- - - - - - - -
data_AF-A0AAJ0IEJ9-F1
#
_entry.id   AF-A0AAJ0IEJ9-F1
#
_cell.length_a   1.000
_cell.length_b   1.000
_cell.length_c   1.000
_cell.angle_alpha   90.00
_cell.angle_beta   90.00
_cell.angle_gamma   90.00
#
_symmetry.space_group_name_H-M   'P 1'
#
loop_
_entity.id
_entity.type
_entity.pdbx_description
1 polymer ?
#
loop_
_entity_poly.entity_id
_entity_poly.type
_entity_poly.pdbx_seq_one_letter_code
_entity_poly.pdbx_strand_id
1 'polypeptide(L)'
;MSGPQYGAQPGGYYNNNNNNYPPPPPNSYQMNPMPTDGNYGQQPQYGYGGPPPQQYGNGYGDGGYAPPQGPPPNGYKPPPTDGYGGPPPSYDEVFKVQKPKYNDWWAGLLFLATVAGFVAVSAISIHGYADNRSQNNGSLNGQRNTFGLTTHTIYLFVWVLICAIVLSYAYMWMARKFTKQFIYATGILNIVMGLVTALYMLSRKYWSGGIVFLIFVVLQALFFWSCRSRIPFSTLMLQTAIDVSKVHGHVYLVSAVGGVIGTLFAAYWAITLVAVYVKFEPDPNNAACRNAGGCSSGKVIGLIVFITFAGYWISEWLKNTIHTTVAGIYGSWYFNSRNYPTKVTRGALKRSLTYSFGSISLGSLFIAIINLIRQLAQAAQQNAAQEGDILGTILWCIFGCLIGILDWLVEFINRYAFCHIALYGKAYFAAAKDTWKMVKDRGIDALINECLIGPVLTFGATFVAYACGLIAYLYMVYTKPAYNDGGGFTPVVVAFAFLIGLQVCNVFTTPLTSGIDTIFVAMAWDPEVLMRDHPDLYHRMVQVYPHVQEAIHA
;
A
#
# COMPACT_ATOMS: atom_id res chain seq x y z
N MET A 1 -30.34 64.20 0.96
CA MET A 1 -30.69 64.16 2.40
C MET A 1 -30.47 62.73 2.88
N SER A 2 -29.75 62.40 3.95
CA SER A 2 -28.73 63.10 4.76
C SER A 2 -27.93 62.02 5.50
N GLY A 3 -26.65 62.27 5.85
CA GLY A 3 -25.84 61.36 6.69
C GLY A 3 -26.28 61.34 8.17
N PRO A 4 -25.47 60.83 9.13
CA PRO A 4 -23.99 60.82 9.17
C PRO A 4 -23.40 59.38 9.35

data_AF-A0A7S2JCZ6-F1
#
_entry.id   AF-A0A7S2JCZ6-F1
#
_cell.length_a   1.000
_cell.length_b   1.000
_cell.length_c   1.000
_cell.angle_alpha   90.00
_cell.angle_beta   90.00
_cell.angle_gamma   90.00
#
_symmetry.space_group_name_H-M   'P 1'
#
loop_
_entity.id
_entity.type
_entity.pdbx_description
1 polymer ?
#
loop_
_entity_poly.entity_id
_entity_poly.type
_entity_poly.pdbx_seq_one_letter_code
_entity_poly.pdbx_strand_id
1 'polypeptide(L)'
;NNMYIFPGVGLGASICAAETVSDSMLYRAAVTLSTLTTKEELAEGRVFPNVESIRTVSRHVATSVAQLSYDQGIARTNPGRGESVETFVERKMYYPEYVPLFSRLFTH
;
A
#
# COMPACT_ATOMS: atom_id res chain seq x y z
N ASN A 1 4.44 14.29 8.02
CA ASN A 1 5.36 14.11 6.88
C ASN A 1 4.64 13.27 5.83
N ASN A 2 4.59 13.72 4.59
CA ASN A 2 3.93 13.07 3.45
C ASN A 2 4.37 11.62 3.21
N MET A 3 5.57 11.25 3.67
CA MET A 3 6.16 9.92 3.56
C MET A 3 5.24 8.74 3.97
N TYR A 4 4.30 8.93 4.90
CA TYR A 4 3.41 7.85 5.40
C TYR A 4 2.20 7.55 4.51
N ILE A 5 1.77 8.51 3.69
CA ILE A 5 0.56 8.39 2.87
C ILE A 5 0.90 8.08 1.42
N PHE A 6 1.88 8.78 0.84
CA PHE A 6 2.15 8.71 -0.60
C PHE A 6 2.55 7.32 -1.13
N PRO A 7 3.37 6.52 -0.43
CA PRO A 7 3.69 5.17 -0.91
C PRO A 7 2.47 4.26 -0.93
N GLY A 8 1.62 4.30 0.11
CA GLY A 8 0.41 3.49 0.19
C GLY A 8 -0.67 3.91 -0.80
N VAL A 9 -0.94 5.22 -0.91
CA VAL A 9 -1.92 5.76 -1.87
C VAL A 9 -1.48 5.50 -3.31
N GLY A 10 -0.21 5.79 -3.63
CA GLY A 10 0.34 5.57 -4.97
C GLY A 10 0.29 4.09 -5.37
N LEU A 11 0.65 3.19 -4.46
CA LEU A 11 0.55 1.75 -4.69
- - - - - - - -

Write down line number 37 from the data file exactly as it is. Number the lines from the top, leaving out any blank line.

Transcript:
N GLY A 3 -26.65 62.27 5.85